He is married to Dr. Arzu Rana Deuba.[5]

In November 2016, Deuba was conferred an honorary doctorate degree by Jawaharlal Nehru University.[6]

Deuba has a Master's Degree in Political Science and he holds a Bachelor's Degree in Arts and Law.[citation needed] He has been a Research Fellow of Political Science at the London School Of Economics from 1988 to 1992; however, Sher Bahadur Deuba was a "research fellow" at the LSE also. [7] Deuba seems to have registered as a student under a category called "research fee", allowing him to use the LSE library and have a professor assigned for general guidance.

Nepali Congress (Democratic)Edit

After dispute between Girija Prasad Koirala, President of Nepali Congress and Sher Bahadur Deuba, the Prime Minister, over continuation of Emergency Situation in Nepal, Nepali Congress underwent vertical split into Nepali Congress led by Koirala and Nepali Congress (Democratic) led by Deuba. Both parties ultimately merged in 2007 with the name of unified party to remain as Nepali Congress.

2008 Constituent Assembly electionEdit

In the Constituent Assembly election held on 10 April 2008, the Nepali Congress nominated Deuba as its candidate for Dadeldhura and Kanchanpur-4 constituencies under the first-past-the-post (FPTP) system.[8] He won from both the constituencies.

In the subsequent vote for Prime Minister, held in the Constituent Assembly on 15 August 2008, Deuba was nominated by the Nepali Congress, but was defeated by Prachanda of the Communist Party of Nepal (Maoist). Deuba received 113 votes, while Prachanda received 464.[9]

2017 - presentEdit

He was sworn in as Prime Minister of Nepal on 7 June 2017.[10][11] Deuba was in charge of the government that successfully conduct the elections of all three levels (Parliamentary, Provincial and Local) in different phases in 2017. After a successful tenure, he resigned on 15 February 2018, paving way for KP Oli to take upon the premiership, after Nepali Congress faced a humiliating result and the Nepal Communist Party emerged as the largest party in the 2017 Nepalese legislative election. The defeat has been attributed to the decision made to impeach Chief Justice Sushila Karki as well as the tepid response to the Indian blockade by the Nepali Congress.[12]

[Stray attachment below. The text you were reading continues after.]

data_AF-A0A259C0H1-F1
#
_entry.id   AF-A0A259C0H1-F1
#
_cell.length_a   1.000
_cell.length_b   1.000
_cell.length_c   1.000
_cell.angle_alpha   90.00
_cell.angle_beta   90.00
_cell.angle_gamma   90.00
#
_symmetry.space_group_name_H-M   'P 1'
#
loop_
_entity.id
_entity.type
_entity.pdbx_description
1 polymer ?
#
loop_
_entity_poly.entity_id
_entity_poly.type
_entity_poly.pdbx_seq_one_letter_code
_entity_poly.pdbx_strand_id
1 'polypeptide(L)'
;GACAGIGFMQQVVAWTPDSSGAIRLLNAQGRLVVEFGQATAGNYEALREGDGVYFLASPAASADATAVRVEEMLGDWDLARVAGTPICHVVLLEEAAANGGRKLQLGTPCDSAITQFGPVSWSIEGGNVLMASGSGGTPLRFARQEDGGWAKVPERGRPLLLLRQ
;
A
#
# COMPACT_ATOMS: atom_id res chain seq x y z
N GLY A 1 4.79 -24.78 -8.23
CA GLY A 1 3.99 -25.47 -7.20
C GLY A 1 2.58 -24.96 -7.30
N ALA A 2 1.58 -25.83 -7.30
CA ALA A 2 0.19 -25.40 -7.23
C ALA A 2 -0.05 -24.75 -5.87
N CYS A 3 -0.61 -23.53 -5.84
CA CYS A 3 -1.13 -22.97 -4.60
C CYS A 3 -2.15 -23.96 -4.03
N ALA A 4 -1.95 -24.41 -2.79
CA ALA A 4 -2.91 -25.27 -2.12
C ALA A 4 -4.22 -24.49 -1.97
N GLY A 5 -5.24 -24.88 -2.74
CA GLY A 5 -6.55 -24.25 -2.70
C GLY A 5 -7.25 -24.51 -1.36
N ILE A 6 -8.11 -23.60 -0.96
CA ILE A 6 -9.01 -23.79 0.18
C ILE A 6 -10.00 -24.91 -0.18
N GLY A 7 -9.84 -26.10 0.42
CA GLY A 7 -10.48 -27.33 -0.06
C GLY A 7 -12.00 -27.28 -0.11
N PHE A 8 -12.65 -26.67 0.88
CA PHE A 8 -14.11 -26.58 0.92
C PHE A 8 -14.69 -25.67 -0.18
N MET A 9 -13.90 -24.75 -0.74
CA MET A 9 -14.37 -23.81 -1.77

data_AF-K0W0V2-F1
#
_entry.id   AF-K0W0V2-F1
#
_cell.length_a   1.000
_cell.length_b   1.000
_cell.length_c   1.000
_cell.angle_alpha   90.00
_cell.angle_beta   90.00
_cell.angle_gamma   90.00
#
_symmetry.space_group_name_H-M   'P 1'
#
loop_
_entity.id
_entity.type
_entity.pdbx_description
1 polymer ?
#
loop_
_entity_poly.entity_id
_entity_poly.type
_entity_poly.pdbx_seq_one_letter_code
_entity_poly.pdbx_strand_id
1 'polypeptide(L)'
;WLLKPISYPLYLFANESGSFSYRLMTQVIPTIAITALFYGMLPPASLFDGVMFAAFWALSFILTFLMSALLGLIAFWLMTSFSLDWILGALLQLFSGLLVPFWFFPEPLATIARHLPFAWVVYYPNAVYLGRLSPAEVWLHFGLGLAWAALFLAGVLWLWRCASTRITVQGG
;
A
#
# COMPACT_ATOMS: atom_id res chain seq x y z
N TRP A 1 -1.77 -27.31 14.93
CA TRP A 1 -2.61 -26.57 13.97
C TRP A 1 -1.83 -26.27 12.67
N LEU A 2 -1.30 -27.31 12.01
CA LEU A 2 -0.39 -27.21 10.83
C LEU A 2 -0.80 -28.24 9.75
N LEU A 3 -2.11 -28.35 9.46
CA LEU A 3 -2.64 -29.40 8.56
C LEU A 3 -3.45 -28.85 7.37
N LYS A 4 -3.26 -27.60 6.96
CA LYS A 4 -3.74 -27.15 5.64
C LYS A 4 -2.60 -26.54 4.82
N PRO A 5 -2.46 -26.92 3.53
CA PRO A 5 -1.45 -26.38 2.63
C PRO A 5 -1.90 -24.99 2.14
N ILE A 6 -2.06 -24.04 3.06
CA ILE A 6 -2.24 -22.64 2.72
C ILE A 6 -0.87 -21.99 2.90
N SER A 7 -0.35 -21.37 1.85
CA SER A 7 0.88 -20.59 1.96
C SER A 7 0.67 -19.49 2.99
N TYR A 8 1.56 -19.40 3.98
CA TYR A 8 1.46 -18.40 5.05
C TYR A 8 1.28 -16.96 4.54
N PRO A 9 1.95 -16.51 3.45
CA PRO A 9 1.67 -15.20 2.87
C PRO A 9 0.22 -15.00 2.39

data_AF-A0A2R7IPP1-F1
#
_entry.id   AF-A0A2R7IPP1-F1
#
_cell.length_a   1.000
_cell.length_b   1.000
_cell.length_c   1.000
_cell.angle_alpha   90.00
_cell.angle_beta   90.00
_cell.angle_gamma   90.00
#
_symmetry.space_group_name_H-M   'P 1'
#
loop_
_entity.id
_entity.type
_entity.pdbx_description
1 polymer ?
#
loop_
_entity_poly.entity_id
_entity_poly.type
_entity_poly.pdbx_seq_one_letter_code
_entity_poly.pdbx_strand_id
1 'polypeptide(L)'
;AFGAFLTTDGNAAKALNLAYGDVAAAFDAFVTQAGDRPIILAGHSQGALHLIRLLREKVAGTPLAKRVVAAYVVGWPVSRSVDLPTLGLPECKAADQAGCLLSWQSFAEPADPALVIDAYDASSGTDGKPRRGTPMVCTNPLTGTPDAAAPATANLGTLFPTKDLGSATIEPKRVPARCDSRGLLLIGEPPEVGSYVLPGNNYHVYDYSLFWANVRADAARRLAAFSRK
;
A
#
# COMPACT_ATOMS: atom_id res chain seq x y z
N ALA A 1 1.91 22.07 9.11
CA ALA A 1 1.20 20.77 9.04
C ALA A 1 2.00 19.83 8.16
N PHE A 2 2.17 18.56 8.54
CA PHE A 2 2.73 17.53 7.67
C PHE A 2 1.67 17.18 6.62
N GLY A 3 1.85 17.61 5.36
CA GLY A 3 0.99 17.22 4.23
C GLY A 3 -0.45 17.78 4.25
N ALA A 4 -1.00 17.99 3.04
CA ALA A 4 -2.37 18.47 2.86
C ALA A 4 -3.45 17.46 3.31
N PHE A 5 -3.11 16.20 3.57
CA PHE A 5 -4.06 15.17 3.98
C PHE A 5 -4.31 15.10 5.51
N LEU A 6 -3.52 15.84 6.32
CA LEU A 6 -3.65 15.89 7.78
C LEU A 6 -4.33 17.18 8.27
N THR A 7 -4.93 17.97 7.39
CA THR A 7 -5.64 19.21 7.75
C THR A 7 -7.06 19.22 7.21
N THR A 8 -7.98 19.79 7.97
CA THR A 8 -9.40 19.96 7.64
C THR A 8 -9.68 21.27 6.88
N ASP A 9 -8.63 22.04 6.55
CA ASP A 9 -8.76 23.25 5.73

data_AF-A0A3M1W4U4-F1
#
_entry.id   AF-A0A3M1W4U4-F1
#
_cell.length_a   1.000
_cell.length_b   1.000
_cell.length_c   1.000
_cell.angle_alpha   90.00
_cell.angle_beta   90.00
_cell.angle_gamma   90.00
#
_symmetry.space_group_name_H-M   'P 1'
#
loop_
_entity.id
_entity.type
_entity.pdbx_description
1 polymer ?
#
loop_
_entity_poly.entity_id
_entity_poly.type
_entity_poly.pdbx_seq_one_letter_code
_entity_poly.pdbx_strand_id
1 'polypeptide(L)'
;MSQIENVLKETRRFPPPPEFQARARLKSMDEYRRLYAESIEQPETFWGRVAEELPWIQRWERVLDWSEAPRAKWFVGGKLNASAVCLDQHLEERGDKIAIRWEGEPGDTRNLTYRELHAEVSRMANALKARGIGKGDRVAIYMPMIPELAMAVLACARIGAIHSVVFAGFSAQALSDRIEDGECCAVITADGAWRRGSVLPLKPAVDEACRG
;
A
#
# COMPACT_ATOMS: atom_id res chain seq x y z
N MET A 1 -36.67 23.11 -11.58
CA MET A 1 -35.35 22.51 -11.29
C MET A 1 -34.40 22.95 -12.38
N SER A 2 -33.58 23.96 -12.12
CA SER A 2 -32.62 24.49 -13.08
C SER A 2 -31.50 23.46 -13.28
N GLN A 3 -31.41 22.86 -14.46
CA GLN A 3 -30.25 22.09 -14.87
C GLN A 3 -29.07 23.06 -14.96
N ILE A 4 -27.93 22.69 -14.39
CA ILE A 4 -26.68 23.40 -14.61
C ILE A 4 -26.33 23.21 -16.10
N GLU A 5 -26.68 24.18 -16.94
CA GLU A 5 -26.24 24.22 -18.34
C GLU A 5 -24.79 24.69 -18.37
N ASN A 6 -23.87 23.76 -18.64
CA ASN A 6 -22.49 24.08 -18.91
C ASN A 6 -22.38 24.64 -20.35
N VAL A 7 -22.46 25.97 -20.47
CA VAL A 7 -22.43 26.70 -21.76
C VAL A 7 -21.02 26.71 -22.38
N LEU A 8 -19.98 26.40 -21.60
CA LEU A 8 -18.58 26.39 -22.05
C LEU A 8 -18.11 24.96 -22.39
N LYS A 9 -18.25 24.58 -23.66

Socialist InternationalEdit

Deuba was elected as the Vice President of Socialist International during its Congress held in Athens, Greece from 30 June 2008 to 2 July 2008[citation needed]

See alsoEdit

ReferencesEdit

  1. ^ "Sher Bahadur Deuba elected 40th PM of Nepal". Retrieved 6 June 2017.
  2. ^ Bogue, Janet. "DEUBA DUBBED PRIME MINISTER; CONGRESS' KOIRALA OUT IN THE COLD". Wikileaks. Wikileaks. Retrieved 6 December 2018.
  3. ^ Bhattarai, Kamal Dev. "Can Nepal's New Prime Minister Avert a Crisis?". The Diplomat. Retrieved 16 September 2017.
  4. ^ "Former Nepal PM freed from jail". 14 February 2006. Retrieved 8 September 2018 – via news.bbc.co.uk.
  5. ^ "Deuba elected as 40th Prime Minister of Nepal". My Republica. 6 June 2017. Retrieved 10 December 2017.
  6. ^ "Deuba conferred JNU's honorary doctorate degree". The Kathmandu Post. 7 November 2016. Retrieved 7 November 2016.
  7. ^ "Deuba at lse". NepaliTimes. Retrieved 8 September 2018.
  8. ^ NC names FPTP candidates Archived 26 July 2007 at Archive.today
  9. ^ "Ex-rebels' chief chosen as Nepal's new PM", Associated Press (International Herald Tribune), 15 August 2008.
  10. ^ "Sher Bahadur Deuba sworn in as Prime Minister of Nepal". 7 June 2017.
  11. ^ "Sher Bahadur Deuba resigns, KP Oli to take over as Nepal PM". 15 February 2018. Retrieved 8 September 2018.
  12. ^ Rimal, Pratik; Karki, Dilip Prakash. "Unraveling Nepali Congress's defeat". myRepublica. Retrieved 6 December 2018.

External linksEdit

Political offices
Preceded by
Man Mohan Adhikari
Prime Minister of Nepal
1995–1997
Succeeded by
Lokendra Bahadur Chand
Preceded by
Girija Prasad Koirala
Prime Minister of Nepal
2001–2002
Succeeded by
Lokendra Bahadur Chand
Preceded by
Surya Bahadur Thapa
Prime Minister of Nepal
2004–2005
Succeeded by
Girija Prasad Koirala
Preceded by
Pushpa Kamal Dahal
Prime Minister of Nepal
2017–2018
Succeeded by
KP Sharma Oli
Diplomatic posts
Preceded by
Chandrika Kumaratunga
Chair of the South Asian Association for Regional Cooperation
2002
Succeeded by
Zafarullah Khan Jamali